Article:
THE unmistakable presence of Jason Mifsud provided an added fascination to what was already an intriguing clash between Panmure and Merrivale.
At age 41, Mifsud was making a much-anticipated comeback, having played his last game in the VAFA for Beaumaris in 2009.
His last game in the south-west was in 2005, the end of a decorated career that included coaching a premiership at Koroit in 2003 and winning a Maskell Medal in 1997.
Misfud, the AFL’s community engagement officer, has joined former Koroit premiership teammate and now coach of Panmure Simon O’Keefe at the Bulldogs.
Mifsud lined up in the Panmure forward line on Saturday and was a handy contributor in a busy first quarter.
His influence on the game was restricted when he suffered a hamstring strain early in the second quarter.
Mifsud returned to the field in the second half and hopes to play enough games to qualify for a finals campaign with the Bulldogs.
“It is the first time in 15 years I have played without being the coach,” Mifsud said.
“It was great to drive into the ground and see the netball playing and the cars parked around the ground. It reminded me just how important country footy is.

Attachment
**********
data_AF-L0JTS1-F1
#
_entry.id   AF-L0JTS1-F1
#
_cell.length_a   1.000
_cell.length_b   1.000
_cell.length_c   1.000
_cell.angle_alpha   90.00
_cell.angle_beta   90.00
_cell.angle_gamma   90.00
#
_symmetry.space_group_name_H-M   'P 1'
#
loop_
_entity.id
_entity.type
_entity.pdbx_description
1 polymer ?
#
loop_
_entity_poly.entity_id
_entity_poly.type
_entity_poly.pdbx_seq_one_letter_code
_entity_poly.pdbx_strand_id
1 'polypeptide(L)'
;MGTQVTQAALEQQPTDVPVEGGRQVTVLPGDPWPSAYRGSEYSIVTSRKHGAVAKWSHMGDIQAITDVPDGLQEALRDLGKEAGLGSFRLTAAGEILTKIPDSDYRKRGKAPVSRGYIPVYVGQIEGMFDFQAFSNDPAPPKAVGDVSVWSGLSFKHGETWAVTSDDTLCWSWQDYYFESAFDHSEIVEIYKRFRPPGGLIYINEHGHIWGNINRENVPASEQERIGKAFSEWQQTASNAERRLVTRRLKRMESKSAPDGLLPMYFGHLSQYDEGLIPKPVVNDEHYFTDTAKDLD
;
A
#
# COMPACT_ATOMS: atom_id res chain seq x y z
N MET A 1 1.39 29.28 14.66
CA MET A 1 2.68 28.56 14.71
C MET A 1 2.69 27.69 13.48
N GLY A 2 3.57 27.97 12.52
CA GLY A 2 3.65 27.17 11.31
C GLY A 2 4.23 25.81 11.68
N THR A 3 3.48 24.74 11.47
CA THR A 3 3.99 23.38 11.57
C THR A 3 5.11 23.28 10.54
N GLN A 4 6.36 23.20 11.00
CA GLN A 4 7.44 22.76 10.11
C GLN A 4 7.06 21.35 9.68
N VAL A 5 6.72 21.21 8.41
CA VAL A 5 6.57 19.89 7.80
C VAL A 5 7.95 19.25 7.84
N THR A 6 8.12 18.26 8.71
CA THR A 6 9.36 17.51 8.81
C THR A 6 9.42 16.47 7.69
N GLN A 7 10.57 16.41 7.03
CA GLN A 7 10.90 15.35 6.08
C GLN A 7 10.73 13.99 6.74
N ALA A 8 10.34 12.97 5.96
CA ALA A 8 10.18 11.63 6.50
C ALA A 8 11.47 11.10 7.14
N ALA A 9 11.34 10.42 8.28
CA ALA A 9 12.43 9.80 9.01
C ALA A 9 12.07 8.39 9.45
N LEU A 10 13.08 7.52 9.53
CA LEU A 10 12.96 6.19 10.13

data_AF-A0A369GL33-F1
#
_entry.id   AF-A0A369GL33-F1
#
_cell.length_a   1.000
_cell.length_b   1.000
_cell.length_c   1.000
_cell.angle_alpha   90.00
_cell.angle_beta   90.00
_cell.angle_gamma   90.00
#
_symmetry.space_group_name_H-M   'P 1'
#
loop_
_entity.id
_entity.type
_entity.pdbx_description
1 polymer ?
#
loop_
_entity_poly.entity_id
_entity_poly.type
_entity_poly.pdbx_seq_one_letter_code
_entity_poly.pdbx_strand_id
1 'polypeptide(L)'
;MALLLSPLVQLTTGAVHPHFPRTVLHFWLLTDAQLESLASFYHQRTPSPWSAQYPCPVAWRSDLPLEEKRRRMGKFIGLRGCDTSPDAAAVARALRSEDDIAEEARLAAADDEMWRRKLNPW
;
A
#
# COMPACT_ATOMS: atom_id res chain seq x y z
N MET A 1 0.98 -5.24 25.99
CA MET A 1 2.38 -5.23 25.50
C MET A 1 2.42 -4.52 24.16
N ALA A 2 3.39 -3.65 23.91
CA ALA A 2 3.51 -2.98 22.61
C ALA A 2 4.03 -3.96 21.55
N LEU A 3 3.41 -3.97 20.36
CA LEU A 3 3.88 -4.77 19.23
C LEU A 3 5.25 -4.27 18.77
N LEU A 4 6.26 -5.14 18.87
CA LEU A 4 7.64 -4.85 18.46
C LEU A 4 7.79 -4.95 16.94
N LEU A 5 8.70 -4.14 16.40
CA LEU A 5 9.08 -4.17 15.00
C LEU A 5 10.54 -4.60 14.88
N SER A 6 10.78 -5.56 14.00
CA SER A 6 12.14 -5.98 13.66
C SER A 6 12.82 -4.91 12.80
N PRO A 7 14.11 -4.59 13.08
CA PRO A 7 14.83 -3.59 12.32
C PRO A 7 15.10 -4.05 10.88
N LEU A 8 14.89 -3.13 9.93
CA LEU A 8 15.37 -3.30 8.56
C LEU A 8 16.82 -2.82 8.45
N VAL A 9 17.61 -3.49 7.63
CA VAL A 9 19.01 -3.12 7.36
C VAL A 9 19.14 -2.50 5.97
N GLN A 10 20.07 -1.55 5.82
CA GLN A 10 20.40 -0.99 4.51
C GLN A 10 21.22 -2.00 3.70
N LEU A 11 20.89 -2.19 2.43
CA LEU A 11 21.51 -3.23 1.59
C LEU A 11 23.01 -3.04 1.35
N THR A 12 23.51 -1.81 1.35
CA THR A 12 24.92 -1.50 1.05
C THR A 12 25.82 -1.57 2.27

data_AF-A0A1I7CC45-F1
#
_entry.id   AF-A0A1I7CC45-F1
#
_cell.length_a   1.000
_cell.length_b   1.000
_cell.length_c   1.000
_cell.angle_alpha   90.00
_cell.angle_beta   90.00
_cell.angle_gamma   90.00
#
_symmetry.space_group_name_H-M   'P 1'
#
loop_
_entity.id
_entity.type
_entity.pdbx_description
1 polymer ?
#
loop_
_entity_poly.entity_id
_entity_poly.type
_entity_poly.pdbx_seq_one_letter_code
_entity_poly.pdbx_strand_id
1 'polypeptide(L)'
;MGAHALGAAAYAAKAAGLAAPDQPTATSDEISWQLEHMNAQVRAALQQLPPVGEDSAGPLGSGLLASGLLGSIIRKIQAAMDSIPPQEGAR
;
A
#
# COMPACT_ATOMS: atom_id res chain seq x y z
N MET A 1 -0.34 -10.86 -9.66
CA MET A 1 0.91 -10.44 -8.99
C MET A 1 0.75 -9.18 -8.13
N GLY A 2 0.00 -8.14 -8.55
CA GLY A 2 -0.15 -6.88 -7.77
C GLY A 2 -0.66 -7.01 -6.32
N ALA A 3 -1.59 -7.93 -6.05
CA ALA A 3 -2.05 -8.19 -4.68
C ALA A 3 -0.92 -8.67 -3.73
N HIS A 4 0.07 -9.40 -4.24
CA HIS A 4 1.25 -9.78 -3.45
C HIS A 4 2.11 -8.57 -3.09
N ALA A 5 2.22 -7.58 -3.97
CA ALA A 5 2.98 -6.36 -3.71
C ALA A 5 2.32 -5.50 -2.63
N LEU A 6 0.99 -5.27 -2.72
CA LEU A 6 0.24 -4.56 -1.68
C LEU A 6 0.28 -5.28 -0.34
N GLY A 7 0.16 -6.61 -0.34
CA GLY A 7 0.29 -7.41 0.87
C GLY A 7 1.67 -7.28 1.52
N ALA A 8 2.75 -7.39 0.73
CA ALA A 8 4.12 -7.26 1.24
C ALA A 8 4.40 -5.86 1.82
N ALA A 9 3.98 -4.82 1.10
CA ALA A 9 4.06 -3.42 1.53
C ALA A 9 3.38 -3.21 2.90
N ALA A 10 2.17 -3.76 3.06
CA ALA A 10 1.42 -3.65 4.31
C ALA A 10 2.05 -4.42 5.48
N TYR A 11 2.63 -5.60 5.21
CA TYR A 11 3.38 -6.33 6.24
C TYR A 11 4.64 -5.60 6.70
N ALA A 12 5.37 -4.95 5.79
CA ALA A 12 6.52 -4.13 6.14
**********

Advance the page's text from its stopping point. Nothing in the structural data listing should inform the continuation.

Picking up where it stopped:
“As soon as you pull the boots back on you realise how incredible footy is and I loved playing again. It was great to be involved in such a big game.”
Mifsud was full of praise for the standard of the game, commenting on the skills and discipline of his teammates, with particular credit for O’Keefe. “With Tocka (O’Keefe) you know what you get: a very competitive, well-drilled team,” he said.
“He has the respect of everyone and he has the team playing an uncomplicated but very efficient brand of footy where everyone knows their role.”
While the connection with O’Keefe made Mifsud feel at home, there was also a link to Caramut, the team he coached to the 1994 premiership.
In that premiership year, Mifsud’s chairman of selectors was Trevor White, the father of Panmure key forward Tom.